• Cons: As a general rule, a mirrorless camera cannot match a DSLR camera in terms of image quality and performance speed. (They’re close, but they’re not quite equal yet.) The interchangeable lenses can be expensive over time.

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Did you know?
Nikon DSLR cameras use EXPEED image-processing chips. Newer and faster EXPEED chips include the EXPEED 4 and EXPEED 5.

DSLR camera pros and cons

  • Pros: A DSLR camera produces the best image quality and best performance speeds of any camera. Interchangeable lenses give the photographer more versatility. DSLR cameras are much easier to use than they were several years ago.

  • Cons: The only significant downside to a DSLR involves expense. DSLR camera bodies are pricey initially, and owners incur added costs for lenses and other accessories.

Understanding Nikon DSLR image sensor formats

Nikon DSLR cameras will carry one of two sizes of image sensors. These image sensor sizes can affect how your lenses will work, so you need to know the difference.


A DX-format image sensor measures 24mm by 16mm, making it the smaller of the two options.


The FX-format image sensor has about the same dimensions as a frame of old 35mm film. The image sensor measures 36mm by 24mm. You’ll also hear this referred to as a full-frame image sensor camera.

Because of the way the Nikon DSLR lenses are designed, they have different capabilities with different image sensors. For example, Nikon makes both DX and non-DX lenses.

For a DX lens, you’ll see “DX” in the name of the lens somewhere. If the Nikon DSLR lens does not say “DX” in its name, you’ll refer to the lens as a non-DX lens.

(Nikon does not make lenses that say FX in the name; they’re called non-DX lenses instead.)

DX lenses can be built smaller because they’re designed to work with the smaller DX image sensor. Non-DX lenses are larger and heavier. We’ve collected some additional information on these two types of lenses as follows.

"With Nikon DSLR cameras, you can use either a fully automatic shooting mode, a fully manual mode, or something in between. These cameras offer great versatility."

DX lenses

If you use a DX lens on a DX image sensor or FX image sensor Nikon DSLR camera, you’ll receive a greater telephoto capability than the lens has typically. Nikon calls this situation the crop factor for the lens.

DX lenses feature a crop factor of 1.5x. So a lens with a stated 50mm focal length would look like a 75mm focal length on the DSLR camera because of the crop factor.

This feature works well for people who want more telephoto capability, but as a trade-off, you lose some wide-angle capability.

Non-DX lenses

If you use a non-DX lens on either a DX or FX Nikon DSLR camera, no crop factor occurs.

Cost of Nikon DSLR cameras

You’ll find Nikon DSLR cameras in several different price ranges. The list here focuses on the camera body only, rather than kits with the camera body and a basic lens.

Entry-level cameras

The most basic Nikon DSLR cameras cost $300 to $750. These include slightly older models as well as newer, basic cameras.

Most of these DSLR cameras offer 16 to 24 megapixels of resolution.

Enthusiast-level cameras

Also called intermediate-level cameras, these Nikon DSLRs carry a price tag of between $750 and $2,000.

You may find some older pro-level cameras in this price range, but most feature the latest technology. These cameras offer between 20 and 35 megapixels of resolution.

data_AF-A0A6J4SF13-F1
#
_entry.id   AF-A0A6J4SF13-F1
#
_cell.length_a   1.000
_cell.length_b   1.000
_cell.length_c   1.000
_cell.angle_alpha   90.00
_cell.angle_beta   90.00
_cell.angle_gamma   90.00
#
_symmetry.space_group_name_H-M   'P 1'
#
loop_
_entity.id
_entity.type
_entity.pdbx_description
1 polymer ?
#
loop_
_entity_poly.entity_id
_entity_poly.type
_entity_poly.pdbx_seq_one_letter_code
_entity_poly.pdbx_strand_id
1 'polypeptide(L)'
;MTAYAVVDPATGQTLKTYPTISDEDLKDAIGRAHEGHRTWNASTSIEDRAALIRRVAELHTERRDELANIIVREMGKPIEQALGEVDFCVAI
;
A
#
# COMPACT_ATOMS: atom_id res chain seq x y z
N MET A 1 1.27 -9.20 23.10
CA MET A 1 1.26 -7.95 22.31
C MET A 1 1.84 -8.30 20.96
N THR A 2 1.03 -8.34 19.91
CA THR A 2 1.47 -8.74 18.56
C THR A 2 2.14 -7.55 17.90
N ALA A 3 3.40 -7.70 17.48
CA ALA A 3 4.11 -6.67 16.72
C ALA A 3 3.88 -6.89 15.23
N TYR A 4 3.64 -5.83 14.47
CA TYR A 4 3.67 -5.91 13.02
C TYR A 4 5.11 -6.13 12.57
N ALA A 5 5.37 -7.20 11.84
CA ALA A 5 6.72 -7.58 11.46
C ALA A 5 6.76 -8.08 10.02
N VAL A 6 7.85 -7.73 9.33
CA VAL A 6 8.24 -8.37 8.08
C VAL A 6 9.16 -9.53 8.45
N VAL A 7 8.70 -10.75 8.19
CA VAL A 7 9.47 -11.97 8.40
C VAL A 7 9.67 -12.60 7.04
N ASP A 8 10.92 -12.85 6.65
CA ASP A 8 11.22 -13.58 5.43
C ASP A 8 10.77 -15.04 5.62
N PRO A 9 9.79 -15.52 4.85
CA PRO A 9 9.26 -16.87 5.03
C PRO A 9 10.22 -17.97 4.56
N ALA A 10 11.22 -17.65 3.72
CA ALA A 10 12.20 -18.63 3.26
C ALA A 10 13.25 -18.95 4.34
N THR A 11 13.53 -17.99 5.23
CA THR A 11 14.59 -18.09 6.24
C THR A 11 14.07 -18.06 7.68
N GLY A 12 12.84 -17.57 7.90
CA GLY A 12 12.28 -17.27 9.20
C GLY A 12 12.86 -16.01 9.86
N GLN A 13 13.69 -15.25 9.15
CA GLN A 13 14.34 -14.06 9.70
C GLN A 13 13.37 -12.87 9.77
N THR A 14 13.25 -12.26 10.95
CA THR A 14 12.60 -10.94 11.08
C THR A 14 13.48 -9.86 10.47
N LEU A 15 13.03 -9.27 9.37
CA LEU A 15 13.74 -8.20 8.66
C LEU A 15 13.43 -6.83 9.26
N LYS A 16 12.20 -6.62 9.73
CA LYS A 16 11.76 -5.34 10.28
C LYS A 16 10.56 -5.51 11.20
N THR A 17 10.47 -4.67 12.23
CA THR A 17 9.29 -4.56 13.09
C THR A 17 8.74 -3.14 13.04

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Did you know?
DSLRs run the range from cheaper models aimed at beginners to high-cost cameras for professionals.

Pro-level cameras

Pro-level Nikon DSLR cameras are some of the best digital cameras ever created. You can expect to pay more than $2,000 for these DSLRs and perhaps as much as $10,000.

They carry all of the latest features, the fastest processors, and the highest megapixel counts – usually well over 30 megapixels.

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Nikon is one of the most trusted camera brand names, dating back to the days of film cameras.


Q. What are some extra costs I may incur with Nikon DSLR cameras?

A. Beyond the cost of the camera body, you can expect to pay for add-on components. For example, you may have to buy extra lenses separately. Individual lenses can run anywhere from $100 to $1,000 or more. Additionally, you can purchase things like memory cards, extra batteries, and external flash units to use with your Nikon DSLR camera.

Q. How do pro-level Nikon DSLRs differ from entry-level Nikon DSLRs?

A. You’ll initially notice the price differential between these levels of cameras. An entry-level DSLR body can be found for around $500, while Nikon pro-level DSLRs will cost $2,000 or more. For the extra cost of a pro-level DSLR, you’ll receive a larger image sensor, which results in better image quality. You’ll also enjoy faster performance than an entry-level DSLR, resulting in less shutter lag and more shots per second.

Q. What is a kit lens?

A. When you shop for a Nikon DSLR camera, you may see some models sold as the camera body only and some models sold with a kit lens. The package with the kit lens includes both the camera body and a basic lens, so you can begin shooting photos immediately. The package with just the camera body has no lens in the box, so you must purchase a lens separately before you can begin shooting.

Q. Will older Nikon lenses work on a new Nikon DSLR camera?

A. Yes. As long as the lens makes use of an F-mount, it will fit. All Nikon DSLR cameras make use of the F-mount so that all Nikon F-mount lenses will fit all Nikon DSLRs. The only Nikon lenses that won’t fit a Nikon DSLR are those interchangeable lenses made for Nikon mirrorless cameras. Even some F-mount Nikon film SLR camera lenses will fit Nikon DSLRs.

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Did you know?
The ability to change out lenses gives the DSLR camera more versatility and is one of its greatest strengths.